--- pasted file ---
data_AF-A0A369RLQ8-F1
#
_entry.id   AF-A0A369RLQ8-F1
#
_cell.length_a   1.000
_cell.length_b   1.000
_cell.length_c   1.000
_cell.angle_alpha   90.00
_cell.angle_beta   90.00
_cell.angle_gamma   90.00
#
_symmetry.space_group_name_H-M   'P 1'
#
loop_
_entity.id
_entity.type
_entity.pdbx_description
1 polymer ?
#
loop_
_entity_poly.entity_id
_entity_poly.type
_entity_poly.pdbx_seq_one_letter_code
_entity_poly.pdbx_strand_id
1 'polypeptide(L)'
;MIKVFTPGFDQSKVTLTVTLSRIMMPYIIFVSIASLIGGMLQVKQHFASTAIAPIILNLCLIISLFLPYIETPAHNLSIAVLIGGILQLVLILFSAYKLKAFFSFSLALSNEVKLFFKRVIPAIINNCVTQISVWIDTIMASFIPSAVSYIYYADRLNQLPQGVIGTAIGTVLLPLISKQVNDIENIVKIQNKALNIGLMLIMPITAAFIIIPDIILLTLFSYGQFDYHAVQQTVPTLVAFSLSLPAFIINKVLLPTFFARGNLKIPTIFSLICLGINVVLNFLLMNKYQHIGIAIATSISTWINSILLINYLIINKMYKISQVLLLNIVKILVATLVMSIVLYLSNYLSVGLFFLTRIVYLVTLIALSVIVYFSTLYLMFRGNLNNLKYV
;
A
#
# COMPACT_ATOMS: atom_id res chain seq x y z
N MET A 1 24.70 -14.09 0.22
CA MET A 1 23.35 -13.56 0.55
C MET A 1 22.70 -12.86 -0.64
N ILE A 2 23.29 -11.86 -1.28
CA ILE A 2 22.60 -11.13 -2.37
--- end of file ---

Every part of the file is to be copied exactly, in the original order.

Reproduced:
data_AF-A0A369RLQ8-F1
#
_entry.id   AF-A0A369RLQ8-F1
#
_cell.length_a   1.000
_cell.length_b   1.000
_cell.length_c   1.000
_cell.angle_alpha   90.00
_cell.angle_beta   90.00
_cell.angle_gamma   90.00
#
_symmetry.space_group_name_H-M   'P 1'
#
loop_
_entity.id
_entity.type
_entity.pdbx_description
1 polymer ?
#
loop_
_entity_poly.entity_id
_entity_poly.type
_entity_poly.pdbx_seq_one_letter_code
_entity_poly.pdbx_strand_id
1 'polypeptide(L)'
;MIKVFTPGFDQSKVTLTVTLSRIMMPYIIFVSIASLIGGMLQVKQHFASTAIAPIILNLCLIISLFLPYIETPAHNLSIAVLIGGILQLVLILFSAYKLKAFFSFSLALSNEVKLFFKRVIPAIINNCVTQISVWIDTIMASFIPSAVSYIYYADRLNQLPQGVIGTAIGTVLLPLISKQVNDIENIVKIQNKALNIGLMLIMPITAAFIIIPDIILLTLFSYGQFDYHAVQQTVPTLVAFSLSLPAFIINKVLLPTFFARGNLKIPTIFSLICLGINVVLNFLLMNKYQHIGIAIATSISTWINSILLINYLIINKMYKISQVLLLNIVKILVATLVMSIVLYLSNYLSVGLFFLTRIVYLVTLIALSVIVYFSTLYLMFRGNLNNLKYV
;
A
#
# COMPACT_ATOMS: atom_id res chain seq x y z
N MET A 1 24.70 -14.09 0.22
CA MET A 1 23.35 -13.56 0.55
C MET A 1 22.70 -12.86 -0.64
N ILE A 2 23.29 -11.86 -1.28
CA ILE A 2 22.60 -11.13 -2.37